Alternating between Clayton's past and the present, in which Clayton has kidnapped the infant son of wealthy parents and is holding him for ransom, Blaze is a suspenseful crime yarn as well as a moving, sympathetic portrait of a man yearning to find a place in a world that seems to have callously rejected him.

Leaner and much more focused than King's recent novels and far more sentimental than the typical ice-cold Bachman style, Blaze amounts to little more than a heartfelt homage to John Steinbeck, which may explain the author's semi-apologetic tone in deciding to publish it. (He is also donating his royalties from the book to The Haven Foundation, a charity for down-on-their-luck artists).

But Blaze is also an engaging showcase for one of King's greatest gifts: His seemingly effortless ability to craft characters who leave an indelible mark, regardless of the somewhat contrived plots in which they happen to be stranded. Like The Dead Zone's Johnny Smith or the eponymous heroine of Carrie, it's a safe bet you'll find yourself thinking back on the hulking Clayton Blaisdell Jr. with bittersweet sympathy.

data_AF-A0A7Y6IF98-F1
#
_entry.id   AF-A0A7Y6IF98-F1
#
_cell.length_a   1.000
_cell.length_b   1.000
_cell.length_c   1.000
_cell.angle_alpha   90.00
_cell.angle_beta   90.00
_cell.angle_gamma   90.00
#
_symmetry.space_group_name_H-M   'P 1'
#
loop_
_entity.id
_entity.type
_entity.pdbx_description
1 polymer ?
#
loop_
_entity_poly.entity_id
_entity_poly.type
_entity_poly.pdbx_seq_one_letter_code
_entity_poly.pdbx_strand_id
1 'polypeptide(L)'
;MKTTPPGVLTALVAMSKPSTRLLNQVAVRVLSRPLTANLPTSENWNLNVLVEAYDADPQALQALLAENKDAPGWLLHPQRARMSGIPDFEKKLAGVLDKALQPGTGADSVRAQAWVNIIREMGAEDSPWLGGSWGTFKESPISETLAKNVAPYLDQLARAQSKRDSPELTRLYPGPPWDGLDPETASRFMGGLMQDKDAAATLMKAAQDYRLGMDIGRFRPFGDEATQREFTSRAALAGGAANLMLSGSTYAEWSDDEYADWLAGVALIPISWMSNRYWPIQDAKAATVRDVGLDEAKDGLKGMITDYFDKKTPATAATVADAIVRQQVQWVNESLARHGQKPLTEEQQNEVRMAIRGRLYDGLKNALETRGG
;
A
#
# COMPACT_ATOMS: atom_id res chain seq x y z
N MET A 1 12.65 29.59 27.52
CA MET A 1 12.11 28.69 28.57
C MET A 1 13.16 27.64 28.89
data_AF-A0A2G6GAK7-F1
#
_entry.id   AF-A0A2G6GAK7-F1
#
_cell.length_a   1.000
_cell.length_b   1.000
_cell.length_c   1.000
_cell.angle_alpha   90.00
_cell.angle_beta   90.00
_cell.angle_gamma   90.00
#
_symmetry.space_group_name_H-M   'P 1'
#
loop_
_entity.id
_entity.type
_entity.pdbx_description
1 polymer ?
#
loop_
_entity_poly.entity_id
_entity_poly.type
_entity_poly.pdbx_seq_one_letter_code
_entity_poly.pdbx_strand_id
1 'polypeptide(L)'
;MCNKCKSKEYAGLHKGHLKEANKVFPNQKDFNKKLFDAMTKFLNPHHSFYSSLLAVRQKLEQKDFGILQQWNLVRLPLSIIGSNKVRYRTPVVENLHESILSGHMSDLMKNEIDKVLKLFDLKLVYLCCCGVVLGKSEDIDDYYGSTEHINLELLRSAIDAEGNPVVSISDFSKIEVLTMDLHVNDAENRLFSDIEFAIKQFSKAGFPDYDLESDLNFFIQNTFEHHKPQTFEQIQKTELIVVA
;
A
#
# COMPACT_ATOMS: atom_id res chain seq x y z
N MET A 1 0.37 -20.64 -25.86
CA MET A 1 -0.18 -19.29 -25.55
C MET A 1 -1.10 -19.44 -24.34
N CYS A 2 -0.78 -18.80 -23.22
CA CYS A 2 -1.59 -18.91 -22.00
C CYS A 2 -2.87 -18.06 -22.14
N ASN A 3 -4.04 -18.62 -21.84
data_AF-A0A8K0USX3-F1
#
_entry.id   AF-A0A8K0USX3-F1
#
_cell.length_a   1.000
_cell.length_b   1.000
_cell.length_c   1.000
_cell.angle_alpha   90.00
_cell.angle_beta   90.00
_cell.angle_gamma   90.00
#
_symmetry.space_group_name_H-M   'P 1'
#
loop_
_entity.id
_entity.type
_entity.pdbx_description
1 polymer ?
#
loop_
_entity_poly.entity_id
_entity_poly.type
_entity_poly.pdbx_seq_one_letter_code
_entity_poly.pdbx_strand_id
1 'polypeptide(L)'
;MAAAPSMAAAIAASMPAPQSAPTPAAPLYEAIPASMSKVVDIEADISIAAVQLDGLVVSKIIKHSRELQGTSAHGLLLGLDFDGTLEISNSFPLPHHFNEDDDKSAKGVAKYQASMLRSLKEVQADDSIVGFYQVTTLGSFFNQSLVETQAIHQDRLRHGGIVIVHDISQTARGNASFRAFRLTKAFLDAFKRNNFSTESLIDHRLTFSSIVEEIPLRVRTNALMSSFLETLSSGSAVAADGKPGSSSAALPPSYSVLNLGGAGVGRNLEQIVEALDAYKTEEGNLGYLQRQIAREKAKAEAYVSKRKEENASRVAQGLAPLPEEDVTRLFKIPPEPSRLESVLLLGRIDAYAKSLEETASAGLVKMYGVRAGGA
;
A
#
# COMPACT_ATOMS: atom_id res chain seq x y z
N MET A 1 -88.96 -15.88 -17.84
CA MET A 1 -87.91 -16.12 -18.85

The year in song reflected the state of the world around us. Here are the 70 songs that spoke to us this year.

70. The Horrors - "Machine"

On their fifth album V, the Horrors expand on the bright, psychedelic territory they explored with Luminous, anchoring the ten new tracks with retro synths and guitar fuzz freakouts. "Machine" is the delicious outlier and the most vitriolic cut on the record, with Faris Badwan belting out accusations to the song's subject, who may even be us. The concept of alienation is nothing new, but here the Brits incorporate a beautiful metaphor of an insect trapped in amber as an illustration of the human caught within modernity. Whether our trappings are technological, psychological, or something else entirely makes the statement all the more chilling. - Tristan Kneschke